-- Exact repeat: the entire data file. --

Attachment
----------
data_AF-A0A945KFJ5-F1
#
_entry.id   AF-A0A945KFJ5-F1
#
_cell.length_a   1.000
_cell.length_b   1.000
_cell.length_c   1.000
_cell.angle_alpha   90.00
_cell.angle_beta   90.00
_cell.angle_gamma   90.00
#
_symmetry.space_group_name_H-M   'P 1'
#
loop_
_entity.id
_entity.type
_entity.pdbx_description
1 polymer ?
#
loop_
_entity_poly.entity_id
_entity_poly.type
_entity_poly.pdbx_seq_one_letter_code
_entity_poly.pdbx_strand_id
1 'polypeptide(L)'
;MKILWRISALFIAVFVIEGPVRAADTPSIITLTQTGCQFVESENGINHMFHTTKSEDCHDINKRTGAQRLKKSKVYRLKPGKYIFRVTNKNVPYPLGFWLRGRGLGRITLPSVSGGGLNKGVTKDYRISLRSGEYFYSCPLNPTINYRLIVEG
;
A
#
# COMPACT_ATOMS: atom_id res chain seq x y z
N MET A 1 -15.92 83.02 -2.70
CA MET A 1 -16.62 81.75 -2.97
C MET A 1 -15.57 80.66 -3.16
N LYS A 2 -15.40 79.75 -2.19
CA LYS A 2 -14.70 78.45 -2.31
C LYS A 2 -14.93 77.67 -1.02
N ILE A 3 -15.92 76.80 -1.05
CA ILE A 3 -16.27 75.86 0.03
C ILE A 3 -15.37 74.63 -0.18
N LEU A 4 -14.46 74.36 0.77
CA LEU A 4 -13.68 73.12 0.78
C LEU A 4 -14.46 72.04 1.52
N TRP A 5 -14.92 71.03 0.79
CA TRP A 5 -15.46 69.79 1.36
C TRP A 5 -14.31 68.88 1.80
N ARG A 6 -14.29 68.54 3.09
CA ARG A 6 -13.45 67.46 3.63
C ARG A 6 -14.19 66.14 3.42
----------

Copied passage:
data_AF-A0A945KFJ5-F1
#
_entry.id   AF-A0A945KFJ5-F1
#
_cell.length_a   1.000
_cell.length_b   1.000
_cell.length_c   1.000
_cell.angle_alpha   90.00
_cell.angle_beta   90.00
_cell.angle_gamma   90.00
#
_symmetry.space_group_name_H-M   'P 1'
#
loop_
_entity.id
_entity.type
_entity.pdbx_description
1 polymer ?
#
loop_
_entity_poly.entity_id
_entity_poly.type
_entity_poly.pdbx_seq_one_letter_code
_entity_poly.pdbx_strand_id
1 'polypeptide(L)'
;MKILWRISALFIAVFVIEGPVRAADTPSIITLTQTGCQFVESENGINHMFHTTKSEDCHDINKRTGAQRLKKSKVYRLKPGKYIFRVTNKNVPYPLGFWLRGRGLGRITLPSVSGGGLNKGVTKDYRISLRSGEYFYSCPLNPTINYRLIVEG
;
A
#
# COMPACT_ATOMS: atom_id res chain seq x y z
N MET A 1 -15.92 83.02 -2.70
CA MET A 1 -16.62 81.75 -2.97
C MET A 1 -15.57 80.66 -3.16
N LYS A 2 -15.40 79.75 -2.19
CA LYS A 2 -14.70 78.45 -2.31
C LYS A 2 -14.93 77.67 -1.02
N ILE A 3 -15.92 76.80 -1.05
CA ILE A 3 -16.27 75.86 0.03
C ILE A 3 -15.37 74.63 -0.18
N LEU A 4 -14.46 74.36 0.77
CA LEU A 4 -13.68 73.12 0.78
C LEU A 4 -14.46 72.04 1.52
N TRP A 5 -14.92 71.03 0.79
CA TRP A 5 -15.46 69.79 1.36
C TRP A 5 -14.31 68.88 1.80
N ARG A 6 -14.29 68.54 3.09
CA ARG A 6 -13.45 67.46 3.63
C ARG A 6 -14.19 66.14 3.42